Tereza Novotná: As with the U.S.-NK summits so far, it will be largely a photo op summit, and I do not expect any major deal emerging from the meeting. It’s not very likely that Putin will become a “mediator” between the U.S. and North Korea, or that he would promise any major changes, such as the lifting of sanctions. There will probably be a broad statement supporting the continuation of denuclearization talks and urging everyone to ease sanctions on the DPRK. However, I do not expect any public promises in that regard, such as keeping the North Korean workers after the UN deadline.
There might be some informal agreements in this direction even if I doubt that Russia would dare to become the main sanctions violator at this stage. Moreover, there is an unwritten agreement between Xi and Putin that North Korea is in the Chinese orbit and sphere of influence and hence Putin wouldn’t do anything which would upset China or would not pre-agreed with China.
Andray Abrahamian: As noted, it might slightly relieve pressure on the Koreans while putting some on the Americans, but whatever emerges does not come close to the heart of the current issues between Washington and Pyongyang: in the short term, what is the price of Yongbyon; in the long term, what does denuclearization mean and what will the future bilateral relationship look like?
Anthony V. Rinna: Given the strong Russophobia in Washington, the summit has the potential to disrupt U.S. interests vis-à-vis the DPRK. Moscow and Washington are not in overt geopolitical contention over North Korea as they are in places like Ukraine and Syria.
Furthermore, the broad view among Russia experts who have considered the interplay between the DPRK, the Russian Federation and the U.S. is that Moscow is in no mood to let issues related to North Korea sour the already strained Moscow-Washington relationship.
Nevertheless, Russia and the U.S. are in stark disagreement over sanctions, and meeting Putin could prove to be a setback for American attempts at isolating Pyongyang.
Artyom Lukin: Putin might be tempted to play mediator between Kim and Trump, but I don’t think this is very likely.
First, Putin is too busy with the Middle East where he has established himself as a kingpin figure and, second, Moscow has tacitly recognized the Korean peninsula as China’s area of responsibility. That said, Putin might give Kim some advice on how to deal with the Americans.
What kind of advice it will be is anyone’s guess.
Fyodor Tertitskiy: Russia has no real leverage to affect decision making in neither Pyongyang nor Washington. In the case of the North, the trade between the two nations is minuscule and the DPRK understands that Russia is unwilling to do anything on this front which could possibly cast a shadow to their close relations with Beijing.
As for Washington, while under different circumstances Moscow could have hoped to play a mediator role, public perception of Russia’s meddling in the latest presidential elections makes it nearly impossible – any collaboration with Russia would be met with fury by the opposition to Trump. I think that it would require for both Trump and Putin to go before Russia could be trusted enough to play the role of a mediator.
Hoo Chiew Ping: The Trump White House at the moment has shown no sign of interest in serious multilateral denuclearization negotiation with John Bolton’s ever-increasing presence over the North Korean issue.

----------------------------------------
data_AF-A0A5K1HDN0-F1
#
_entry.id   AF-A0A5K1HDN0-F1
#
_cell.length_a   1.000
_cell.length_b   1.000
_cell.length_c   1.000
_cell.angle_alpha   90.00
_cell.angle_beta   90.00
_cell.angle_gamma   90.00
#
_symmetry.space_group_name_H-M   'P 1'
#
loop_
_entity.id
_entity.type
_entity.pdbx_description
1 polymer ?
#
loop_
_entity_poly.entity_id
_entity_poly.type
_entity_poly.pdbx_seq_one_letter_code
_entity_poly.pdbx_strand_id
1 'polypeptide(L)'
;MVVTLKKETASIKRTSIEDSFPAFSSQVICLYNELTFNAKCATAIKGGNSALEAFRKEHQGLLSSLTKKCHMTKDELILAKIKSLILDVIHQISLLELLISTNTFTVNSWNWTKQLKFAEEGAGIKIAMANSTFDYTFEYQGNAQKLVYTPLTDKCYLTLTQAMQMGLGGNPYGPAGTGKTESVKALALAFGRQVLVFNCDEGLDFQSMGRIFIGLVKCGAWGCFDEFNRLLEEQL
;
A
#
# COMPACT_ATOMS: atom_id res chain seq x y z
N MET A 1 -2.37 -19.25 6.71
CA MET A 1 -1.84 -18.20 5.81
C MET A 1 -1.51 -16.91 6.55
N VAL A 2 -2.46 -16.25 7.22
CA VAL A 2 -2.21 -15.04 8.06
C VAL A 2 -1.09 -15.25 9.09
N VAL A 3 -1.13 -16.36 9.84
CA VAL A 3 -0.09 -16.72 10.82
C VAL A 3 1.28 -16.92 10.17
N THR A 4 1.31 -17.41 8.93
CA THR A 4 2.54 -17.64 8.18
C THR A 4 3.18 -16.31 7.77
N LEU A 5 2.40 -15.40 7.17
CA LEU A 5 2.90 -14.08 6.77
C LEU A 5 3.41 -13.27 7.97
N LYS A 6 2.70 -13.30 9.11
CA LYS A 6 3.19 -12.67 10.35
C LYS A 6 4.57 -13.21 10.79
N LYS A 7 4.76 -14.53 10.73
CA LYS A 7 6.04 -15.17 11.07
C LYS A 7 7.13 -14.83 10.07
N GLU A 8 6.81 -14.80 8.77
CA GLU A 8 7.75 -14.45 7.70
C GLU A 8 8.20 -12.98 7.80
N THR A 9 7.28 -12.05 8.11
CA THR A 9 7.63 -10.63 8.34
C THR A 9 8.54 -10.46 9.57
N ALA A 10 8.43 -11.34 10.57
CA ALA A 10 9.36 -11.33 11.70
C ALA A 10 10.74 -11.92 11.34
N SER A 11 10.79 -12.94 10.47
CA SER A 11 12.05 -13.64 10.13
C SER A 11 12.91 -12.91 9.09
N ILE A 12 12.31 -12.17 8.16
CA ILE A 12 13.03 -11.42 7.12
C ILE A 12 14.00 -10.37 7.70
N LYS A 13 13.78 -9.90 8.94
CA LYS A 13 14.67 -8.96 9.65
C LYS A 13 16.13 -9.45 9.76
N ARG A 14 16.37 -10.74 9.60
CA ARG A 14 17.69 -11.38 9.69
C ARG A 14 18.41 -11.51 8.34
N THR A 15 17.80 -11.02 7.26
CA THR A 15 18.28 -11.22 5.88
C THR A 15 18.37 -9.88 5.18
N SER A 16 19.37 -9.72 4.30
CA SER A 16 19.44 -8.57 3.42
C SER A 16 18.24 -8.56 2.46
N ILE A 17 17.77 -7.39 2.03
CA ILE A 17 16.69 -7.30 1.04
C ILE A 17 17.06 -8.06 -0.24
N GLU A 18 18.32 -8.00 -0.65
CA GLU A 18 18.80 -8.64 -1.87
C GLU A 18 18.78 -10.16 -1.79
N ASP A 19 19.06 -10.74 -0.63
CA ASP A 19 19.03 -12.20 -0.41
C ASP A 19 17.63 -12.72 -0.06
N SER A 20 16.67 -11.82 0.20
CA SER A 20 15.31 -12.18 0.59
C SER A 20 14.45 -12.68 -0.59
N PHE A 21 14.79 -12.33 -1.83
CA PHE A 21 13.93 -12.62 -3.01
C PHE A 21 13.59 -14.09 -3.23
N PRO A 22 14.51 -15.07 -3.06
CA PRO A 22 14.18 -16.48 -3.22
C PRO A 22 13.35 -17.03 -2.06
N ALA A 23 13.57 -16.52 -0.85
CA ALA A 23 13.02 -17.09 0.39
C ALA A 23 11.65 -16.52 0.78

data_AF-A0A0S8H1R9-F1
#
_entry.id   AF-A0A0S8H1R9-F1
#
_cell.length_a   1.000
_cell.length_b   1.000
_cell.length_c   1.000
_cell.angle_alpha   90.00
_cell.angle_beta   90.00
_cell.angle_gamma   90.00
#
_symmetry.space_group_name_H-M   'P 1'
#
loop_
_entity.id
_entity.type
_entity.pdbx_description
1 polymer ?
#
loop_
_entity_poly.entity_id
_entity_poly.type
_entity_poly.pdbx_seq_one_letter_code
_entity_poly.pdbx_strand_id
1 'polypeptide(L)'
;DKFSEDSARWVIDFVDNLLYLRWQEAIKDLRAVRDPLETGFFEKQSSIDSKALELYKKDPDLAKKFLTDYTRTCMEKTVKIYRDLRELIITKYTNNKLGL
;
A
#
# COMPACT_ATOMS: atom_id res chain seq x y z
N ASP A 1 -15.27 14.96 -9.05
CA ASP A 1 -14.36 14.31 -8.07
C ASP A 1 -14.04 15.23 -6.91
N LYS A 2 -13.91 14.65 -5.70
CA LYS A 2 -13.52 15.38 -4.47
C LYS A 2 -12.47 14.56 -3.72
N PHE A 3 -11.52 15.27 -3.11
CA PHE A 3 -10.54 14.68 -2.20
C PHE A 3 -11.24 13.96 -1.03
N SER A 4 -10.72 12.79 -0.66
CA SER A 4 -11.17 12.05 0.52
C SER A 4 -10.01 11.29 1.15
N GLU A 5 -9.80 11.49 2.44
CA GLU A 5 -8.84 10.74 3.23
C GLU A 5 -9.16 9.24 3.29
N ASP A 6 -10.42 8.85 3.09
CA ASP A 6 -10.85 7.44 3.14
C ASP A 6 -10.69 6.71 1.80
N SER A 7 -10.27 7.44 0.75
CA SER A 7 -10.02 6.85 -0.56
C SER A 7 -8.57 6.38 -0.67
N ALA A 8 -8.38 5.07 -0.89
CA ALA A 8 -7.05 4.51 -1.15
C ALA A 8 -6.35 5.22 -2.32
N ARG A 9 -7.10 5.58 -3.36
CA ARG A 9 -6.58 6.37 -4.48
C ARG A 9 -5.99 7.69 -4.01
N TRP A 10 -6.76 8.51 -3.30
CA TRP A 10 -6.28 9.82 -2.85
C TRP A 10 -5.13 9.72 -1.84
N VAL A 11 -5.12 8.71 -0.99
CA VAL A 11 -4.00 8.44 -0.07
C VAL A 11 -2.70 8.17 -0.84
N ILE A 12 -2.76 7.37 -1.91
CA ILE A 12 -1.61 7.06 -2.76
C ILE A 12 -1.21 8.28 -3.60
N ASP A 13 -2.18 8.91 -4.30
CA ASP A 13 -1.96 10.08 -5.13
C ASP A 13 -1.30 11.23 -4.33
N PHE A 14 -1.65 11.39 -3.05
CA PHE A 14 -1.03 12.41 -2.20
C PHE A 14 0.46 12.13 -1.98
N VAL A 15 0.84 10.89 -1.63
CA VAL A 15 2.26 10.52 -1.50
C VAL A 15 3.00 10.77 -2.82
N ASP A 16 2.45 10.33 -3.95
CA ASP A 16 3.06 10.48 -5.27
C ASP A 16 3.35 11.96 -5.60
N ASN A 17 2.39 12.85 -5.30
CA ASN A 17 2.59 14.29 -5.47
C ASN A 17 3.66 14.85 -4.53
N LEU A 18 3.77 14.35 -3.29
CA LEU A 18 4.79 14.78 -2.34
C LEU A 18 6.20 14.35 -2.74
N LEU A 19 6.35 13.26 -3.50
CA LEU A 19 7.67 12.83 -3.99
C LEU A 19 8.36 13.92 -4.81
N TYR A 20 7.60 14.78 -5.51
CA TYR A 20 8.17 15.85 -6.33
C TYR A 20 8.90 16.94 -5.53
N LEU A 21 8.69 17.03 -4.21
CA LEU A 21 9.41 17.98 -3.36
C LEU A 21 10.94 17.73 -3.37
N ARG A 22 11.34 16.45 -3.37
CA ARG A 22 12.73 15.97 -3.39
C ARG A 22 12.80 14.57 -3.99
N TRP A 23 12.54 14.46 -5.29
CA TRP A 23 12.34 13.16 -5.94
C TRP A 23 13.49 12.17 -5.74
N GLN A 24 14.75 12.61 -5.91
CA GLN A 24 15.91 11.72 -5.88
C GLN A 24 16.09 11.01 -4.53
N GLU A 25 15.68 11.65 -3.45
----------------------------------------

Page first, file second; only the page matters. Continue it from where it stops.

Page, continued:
Thus, if there is a lot of positive traction following Putin-Kim summit, Trump administration will lose more grounds in negotiating with North Korea as the regime will have China and Russia as its fallback options to continue its status as a status quo nuclear-armed state.
The United States and South Korea will stand as the biggest losers in this situation if the White House is reluctant to review their negotiation tactics.
Liudmila Zakharova: In my opinion, the North Korean leader thinks that his meeting with Vladimir Putin might have an impact on the U.S. position and help to make Trump accept a phased approach to denuclearization (as it was fixed in six-party talks statements which Russia sees as a nuclear settlement basis) rather than insisting on a big deal.
The main goal for North Korea now is to get sanctions relief, so it needs to get as much support for this aim as possible. The question is whether the U.S. is ready to respond positively to these efforts.
Mintaro Oba: I think it will probably give North Korea greater confidence in its diplomatic position, making it feel more assured in challenging the United States and rebuffing Chinese attempts to influence its diplomacy.
Naoko Aoki: The diplomacy between the United States and North Korea has been a leadership-driven process, and so what President Trump thinks about this is going to matter.
That is difficult to predict, but it is unlikely that the summit meeting between Russia and North Korea will have an immediate and decisive impact on the stalemate in diplomacy between the United States and North Korea.
Tereza Novotná: I do not think that the summit will have any major practical consequences for the U.S.-NK talks. In fact, I would rather think that it may annoy the U.S. administration (which is probably the reason why Kim Jong Un has been waiting for nearly a year to make this summit happen), but given a rather unusual “friendship” between Putin and Trump, it might be Trump’s underlings who may not appreciate the summit rather than the boss himself.
I don’t think that Putin can serve as a bridge between the two sides, however.
Featured image: KCNA/Kremlin, edited by NK News